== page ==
The segregated Mexican schools that operated in the 1920s and through the 1960s were stark reminders of the severity of the assimilationist practices of the time. Dr. Sánchez argued in court cases, such as the Delgado v. Bastrop case in 1948 and Hernández v. Driscoll case in 1957 that the segregated schools for the “language handicap” (label used to describe non-English speakers) was not the sole criterion for isolating the children. Indeed, Sánchez further argued, Mexican - American children were assigned to segregated schools purely on the basis of surname when is fact many were more fluent in English than Spanish.
Dr. Sánchez fought fiercely for the civil rights of Spanish-speaking children and for the dismantling of the segregated Mexican schools many years before the U.S. Civil Rights Act was enacted in 1964. He later embraced bilingual education as a viable educational alternative to English-only schooling.
In the 2014 biographical text documenting the life of Dr. Sánchez, Texas A&M Professor Carlos Blanton portrays Sánchez as a relentless warrior who fought for the vulnerable and the least powerful. He was without a doubt an indefatigable defender of human rights. His actions represented a critical pivotal point in the reinvention of education for a community of young learners who had gone through a school program run amok with racist practices embedded heavily in the administration and instructional systems of the schools.
In his final remarks delivered by Dr. Severo Gómez at the opening session of the bilingual education Austin conference, he touted the impactful influence of Dr. Sánchez, as follows:
“When the true history of the Spanish-speaking population of the nation is written, George I. Sánchez will be listed among those at the top. A él le dedicamos esta conferencia. Que en paz descanse.”
Soon after his death in 1972, the National Education Association sponsored the George I. Sánchez Memorial Award to recognize him as the “father of the movement for quality education for Mexican-Americans.”
In 1995, the University of Texas made its biggest institutional commitment honoring the work of this outstanding educator and civil rights activist when it renamed the College of Education building the George I. Sánchez building.
Legislative Corner: Updates of the 87th Texas Legislature
By Mr. Jesse Romero, TABE Lobbyist & Dr. E. Gonzalez, TABE Legislative Chair
Now that the 87th Legislature is over, the Texas Governor will decide by June 20th to sign bills into law, let them become law without his signature, or veto them. This legislative session saw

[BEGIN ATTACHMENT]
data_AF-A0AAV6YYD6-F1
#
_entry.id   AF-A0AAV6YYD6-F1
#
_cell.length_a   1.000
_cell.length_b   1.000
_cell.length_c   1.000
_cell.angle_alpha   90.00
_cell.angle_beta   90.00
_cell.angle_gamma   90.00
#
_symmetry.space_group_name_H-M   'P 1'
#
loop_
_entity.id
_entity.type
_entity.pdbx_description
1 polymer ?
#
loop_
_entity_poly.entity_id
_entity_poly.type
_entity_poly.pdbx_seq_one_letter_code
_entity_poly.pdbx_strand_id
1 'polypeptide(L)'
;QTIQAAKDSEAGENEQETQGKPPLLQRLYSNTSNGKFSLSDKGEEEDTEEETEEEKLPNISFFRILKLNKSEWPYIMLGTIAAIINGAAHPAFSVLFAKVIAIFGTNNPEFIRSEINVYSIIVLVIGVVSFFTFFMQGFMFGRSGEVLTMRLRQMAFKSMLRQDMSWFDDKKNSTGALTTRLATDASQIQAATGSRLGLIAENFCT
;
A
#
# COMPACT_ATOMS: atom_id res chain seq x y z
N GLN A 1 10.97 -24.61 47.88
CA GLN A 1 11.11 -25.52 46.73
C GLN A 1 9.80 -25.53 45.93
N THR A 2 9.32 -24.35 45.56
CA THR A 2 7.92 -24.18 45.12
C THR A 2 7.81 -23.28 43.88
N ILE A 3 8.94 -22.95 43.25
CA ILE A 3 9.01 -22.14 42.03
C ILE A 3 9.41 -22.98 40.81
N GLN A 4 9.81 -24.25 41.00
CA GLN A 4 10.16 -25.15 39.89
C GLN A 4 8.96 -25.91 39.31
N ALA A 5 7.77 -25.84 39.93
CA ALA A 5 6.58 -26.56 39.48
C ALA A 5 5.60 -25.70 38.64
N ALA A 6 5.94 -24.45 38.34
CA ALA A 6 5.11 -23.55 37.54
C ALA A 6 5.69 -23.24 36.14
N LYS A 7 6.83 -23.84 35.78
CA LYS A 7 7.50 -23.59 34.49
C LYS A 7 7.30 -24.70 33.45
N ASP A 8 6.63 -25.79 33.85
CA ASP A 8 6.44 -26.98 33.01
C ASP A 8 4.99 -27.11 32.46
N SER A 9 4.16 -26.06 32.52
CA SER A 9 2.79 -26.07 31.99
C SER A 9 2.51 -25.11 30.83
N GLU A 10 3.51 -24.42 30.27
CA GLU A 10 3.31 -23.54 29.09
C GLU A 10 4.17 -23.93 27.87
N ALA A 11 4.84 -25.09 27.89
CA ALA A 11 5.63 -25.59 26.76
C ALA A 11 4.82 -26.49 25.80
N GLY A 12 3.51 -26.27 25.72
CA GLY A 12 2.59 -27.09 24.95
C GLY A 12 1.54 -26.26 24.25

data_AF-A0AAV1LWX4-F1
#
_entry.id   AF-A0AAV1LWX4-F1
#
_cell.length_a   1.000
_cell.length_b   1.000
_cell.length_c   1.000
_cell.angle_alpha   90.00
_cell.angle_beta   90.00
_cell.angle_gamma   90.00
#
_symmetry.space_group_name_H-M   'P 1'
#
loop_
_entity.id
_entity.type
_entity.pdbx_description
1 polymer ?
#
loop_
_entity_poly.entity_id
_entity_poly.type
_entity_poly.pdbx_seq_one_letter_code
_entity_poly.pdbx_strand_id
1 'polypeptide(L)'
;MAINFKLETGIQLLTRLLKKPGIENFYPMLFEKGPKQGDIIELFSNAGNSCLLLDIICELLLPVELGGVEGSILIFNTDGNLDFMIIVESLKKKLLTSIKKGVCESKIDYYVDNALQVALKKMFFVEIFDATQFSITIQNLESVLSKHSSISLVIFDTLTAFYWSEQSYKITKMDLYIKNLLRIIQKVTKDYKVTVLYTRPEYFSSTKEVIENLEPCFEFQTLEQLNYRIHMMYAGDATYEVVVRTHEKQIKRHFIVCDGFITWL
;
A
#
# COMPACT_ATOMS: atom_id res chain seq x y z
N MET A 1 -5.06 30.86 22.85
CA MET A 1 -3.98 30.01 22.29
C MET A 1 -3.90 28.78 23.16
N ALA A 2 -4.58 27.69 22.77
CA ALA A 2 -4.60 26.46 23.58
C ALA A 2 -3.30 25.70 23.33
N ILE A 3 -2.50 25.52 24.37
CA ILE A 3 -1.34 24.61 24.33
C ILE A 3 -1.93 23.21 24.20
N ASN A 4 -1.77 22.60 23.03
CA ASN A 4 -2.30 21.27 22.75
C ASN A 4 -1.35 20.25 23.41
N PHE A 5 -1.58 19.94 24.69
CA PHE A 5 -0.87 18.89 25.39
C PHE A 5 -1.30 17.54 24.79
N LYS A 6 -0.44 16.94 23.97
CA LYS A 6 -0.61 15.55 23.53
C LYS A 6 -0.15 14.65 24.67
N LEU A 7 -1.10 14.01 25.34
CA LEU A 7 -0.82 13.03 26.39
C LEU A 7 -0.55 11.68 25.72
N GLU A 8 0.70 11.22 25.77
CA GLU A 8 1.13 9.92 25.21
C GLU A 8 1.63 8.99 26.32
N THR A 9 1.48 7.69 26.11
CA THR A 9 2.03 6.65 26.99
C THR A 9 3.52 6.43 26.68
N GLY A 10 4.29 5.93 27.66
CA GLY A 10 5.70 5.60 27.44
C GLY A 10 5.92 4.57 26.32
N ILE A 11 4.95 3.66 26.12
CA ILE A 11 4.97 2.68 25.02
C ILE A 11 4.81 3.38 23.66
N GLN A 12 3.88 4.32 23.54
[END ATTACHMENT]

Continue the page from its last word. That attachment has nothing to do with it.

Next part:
five great bills pass supporting emergent bilingual students. As such TABE was very instrumental as we supported these bills with phone calls to House and Senate Education staff, emails and supplied written testimony. Below is a brief recap, or simply hit the link and it will take you to the full text of the bill:
87(R) HB 1744 In total, TABE secured $2,425,736 for both the Bilingual Teacher Scholarship program and the Teacher Aide Exemption in a very difficult budget funding Session. TABE secured $1,462,500 for the Bilingual Teacher Scholarship program that to date has produced over 900 qualified Bilingual Teachers in Texas classrooms. In addition, $963,236 was secured for the Teacher Aide Exemption which grants Teacher Aides financial incentives by covering tuition and fees so long as the student agrees to become enrolled in a Texas University and seek teacher certification to serve in our classrooms;
HB 2256 by Rep. Guerra/Sen. Creighton will establish a teaching certification in Bilingual Special Education. These certified Bilingual Special Education teachers will provide services that can meet the student’s language needs and address the student’s disabilities and delays;
SB 560 by Sen. Lucio/Rep. Guerra will establish a State Strategic Plan for Bilingual Education. This plan will include tangible goals and timelines to increase the number of educators certified in bilingual education, increase the number of one-way and two-way dual language programs;
SB 2066 by Sen. Menendez/Rep. Dutton updates the Education Code to change the term “limited English proficient” to "emergent bilingual," a term better reflecting students' bilingual potential and strengths; and